TV Pagans Looking Good – or at Least Better

From the abstract to Robert A. Saunder’s paper “Primetime Paganism: Popular-Culture Representations of Europhilic Polytheism in Game of Thrones and Vikings,” reprinted at Medievalists.net, in which he argues two points:

First, that traditional filmic treatments of pagans [sic] qua villains is shifting, with contemporary popular culture allowing for more nuanced framing of Western forms of polytheism. Secondly, that such popular-culture representations of paganism have direct impact on certain contemporary Pagans’ personal spiritual paths by promoting and influencing the “invention of tradition” among a population which manifests non-traditional religious identities.

Read the rest.

One Comment

  1. Pitch313 says:

    I suppose that we all shape our outlooks using the popular culture that surrounds us, and maybe change those outlooks as popular culture changes. Or not change so much…[I, more and more, consider myself a dinosaur, popular culture-wise].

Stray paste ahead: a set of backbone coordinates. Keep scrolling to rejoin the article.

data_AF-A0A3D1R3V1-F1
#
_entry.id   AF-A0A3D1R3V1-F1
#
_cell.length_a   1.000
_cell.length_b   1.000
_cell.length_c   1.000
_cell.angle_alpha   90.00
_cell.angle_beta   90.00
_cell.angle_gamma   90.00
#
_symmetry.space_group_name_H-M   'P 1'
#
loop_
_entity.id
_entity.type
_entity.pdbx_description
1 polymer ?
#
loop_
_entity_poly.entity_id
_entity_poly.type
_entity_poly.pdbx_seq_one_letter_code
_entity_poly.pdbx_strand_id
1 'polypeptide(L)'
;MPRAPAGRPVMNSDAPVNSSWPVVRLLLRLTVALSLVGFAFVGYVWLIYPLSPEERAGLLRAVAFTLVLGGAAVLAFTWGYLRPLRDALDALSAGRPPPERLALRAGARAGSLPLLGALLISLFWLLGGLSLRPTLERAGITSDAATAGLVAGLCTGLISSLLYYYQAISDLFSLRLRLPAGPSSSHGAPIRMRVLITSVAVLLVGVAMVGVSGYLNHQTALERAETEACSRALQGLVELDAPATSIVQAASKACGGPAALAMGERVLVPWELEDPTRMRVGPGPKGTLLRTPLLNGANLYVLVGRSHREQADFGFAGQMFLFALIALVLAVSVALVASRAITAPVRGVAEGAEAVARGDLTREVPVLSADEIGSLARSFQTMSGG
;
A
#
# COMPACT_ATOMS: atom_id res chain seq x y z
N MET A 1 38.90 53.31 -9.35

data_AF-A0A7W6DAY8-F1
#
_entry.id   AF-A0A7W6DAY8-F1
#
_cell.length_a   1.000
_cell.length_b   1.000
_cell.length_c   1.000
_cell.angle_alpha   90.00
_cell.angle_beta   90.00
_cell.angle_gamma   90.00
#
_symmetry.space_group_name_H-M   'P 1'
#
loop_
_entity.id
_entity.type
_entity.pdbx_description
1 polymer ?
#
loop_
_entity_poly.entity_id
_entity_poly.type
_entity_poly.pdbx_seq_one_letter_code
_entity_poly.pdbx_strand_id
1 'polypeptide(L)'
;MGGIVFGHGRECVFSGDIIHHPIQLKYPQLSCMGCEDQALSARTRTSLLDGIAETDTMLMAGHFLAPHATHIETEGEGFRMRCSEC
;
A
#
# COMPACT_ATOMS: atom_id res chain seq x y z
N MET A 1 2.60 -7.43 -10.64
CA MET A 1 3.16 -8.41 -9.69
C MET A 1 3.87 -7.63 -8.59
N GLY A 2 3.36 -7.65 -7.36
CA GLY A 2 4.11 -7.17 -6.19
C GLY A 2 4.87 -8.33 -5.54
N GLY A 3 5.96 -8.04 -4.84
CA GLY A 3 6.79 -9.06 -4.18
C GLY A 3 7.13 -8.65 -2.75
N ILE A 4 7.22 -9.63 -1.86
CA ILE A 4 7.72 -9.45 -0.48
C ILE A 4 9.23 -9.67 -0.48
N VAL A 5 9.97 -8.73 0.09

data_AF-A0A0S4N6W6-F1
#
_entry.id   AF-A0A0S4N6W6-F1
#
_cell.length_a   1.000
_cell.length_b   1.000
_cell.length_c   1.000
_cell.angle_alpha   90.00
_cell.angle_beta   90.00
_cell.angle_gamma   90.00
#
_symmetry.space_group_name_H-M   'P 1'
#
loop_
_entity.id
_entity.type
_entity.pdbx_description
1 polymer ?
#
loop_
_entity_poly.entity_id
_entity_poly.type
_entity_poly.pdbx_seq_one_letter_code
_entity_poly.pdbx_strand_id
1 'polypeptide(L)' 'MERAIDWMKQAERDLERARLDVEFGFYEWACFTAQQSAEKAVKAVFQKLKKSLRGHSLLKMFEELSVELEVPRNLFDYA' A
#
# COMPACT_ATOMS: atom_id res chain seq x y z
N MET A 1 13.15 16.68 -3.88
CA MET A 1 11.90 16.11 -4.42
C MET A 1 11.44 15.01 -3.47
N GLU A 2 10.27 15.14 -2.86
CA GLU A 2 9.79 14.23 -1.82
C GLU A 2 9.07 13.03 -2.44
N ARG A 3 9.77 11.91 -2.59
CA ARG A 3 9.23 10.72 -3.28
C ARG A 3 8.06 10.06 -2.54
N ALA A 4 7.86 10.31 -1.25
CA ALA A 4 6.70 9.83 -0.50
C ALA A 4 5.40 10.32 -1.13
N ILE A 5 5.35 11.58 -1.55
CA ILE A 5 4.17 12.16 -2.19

I’d say that my own notions of any pagan cultures that came from popular culture were bookish rather than filmic, and bookish via mythology collections and paperback fiction rather than any author’s efforts to reconstruct paganism. (I did not know about the pagan revival until I was well into working out things on my own.)

    What I put together from my relating to filmic popular culture was probably more on the order of nascent critical and meta-critical skills–movies are not books, construction of story universes may be both business and play, our historic past is not quite what we imagine it was, and such like.

    In addition, I had a reliable personal sense that I myself was pretty much a pagan no matter what the popular culture around me came to popularize or discourage.